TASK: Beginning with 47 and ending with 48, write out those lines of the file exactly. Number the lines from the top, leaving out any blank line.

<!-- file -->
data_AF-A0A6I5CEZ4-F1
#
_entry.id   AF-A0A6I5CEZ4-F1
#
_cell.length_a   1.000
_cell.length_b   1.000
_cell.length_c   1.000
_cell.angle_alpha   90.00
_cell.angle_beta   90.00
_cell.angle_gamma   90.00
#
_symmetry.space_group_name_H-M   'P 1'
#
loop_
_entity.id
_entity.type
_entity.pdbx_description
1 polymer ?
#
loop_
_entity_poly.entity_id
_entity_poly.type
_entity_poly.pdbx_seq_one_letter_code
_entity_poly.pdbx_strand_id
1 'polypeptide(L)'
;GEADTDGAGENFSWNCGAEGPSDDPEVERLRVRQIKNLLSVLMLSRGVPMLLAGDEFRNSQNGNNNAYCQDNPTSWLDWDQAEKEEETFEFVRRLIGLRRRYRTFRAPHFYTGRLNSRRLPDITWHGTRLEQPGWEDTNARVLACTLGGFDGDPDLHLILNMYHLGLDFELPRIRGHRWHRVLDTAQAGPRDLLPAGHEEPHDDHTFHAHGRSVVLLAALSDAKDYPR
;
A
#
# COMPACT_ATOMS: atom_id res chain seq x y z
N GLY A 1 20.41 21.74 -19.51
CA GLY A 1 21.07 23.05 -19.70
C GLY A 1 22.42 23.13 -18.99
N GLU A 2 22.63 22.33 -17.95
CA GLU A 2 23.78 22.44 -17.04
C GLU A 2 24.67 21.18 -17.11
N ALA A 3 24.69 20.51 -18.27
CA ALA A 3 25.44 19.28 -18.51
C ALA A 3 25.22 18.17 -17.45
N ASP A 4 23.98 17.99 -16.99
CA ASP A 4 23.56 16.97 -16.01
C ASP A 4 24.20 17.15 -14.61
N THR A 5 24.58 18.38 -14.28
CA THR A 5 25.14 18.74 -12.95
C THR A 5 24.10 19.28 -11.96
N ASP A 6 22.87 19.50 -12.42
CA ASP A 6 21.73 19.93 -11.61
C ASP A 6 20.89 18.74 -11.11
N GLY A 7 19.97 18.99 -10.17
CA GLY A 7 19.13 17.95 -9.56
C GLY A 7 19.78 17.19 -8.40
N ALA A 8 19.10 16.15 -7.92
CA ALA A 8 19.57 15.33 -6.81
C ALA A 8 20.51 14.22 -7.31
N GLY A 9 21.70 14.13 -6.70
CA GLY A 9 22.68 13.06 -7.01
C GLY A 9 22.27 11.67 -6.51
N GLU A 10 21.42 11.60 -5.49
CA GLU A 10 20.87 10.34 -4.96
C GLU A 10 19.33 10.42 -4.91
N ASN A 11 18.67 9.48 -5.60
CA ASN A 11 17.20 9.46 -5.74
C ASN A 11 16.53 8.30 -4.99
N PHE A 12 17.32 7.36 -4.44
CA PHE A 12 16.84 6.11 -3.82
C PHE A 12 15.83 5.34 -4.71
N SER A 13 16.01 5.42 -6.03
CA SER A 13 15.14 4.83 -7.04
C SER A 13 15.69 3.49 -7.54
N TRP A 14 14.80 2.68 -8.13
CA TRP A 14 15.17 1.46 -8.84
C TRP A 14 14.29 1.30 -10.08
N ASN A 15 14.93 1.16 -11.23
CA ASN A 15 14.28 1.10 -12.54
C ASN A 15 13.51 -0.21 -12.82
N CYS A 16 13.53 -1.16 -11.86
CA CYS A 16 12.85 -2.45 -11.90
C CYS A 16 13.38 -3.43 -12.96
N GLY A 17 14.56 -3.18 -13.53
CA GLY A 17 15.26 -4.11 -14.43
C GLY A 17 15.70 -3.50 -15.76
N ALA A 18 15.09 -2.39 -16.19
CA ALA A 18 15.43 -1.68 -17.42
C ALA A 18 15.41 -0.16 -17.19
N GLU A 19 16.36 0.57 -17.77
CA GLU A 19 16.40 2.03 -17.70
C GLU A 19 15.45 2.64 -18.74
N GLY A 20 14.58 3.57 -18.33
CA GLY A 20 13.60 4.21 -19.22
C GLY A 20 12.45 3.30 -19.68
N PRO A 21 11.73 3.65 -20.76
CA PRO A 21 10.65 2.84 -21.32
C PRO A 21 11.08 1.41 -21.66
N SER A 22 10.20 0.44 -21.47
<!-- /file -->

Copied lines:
CA ASP A 6 21.73 19.93 -11.61
C ASP A 6 20.89 18.74 -11.11